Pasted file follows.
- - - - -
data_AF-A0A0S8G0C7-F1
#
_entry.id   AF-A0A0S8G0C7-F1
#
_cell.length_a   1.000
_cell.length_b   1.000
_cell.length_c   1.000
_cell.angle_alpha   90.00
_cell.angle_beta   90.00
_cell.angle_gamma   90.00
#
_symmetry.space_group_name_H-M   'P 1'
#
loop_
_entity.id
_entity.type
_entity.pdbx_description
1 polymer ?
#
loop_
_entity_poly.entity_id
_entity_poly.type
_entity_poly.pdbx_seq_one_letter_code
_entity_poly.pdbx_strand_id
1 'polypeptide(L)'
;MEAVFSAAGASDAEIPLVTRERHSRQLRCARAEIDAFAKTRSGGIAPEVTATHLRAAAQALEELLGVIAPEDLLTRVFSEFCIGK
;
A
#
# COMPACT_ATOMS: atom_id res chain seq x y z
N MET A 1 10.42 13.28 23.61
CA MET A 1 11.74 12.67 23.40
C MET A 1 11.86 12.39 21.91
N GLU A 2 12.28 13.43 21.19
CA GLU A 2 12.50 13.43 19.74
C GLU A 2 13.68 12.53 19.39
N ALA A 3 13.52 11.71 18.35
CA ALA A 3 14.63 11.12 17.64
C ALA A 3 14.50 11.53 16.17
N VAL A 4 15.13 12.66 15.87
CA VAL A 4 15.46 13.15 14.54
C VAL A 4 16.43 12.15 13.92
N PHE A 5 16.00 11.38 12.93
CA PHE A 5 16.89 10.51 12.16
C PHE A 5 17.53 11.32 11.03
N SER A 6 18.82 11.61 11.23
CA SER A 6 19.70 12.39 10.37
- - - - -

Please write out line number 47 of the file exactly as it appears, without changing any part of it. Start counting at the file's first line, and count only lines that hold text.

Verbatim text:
CA SER A 6 19.70 12.39 10.37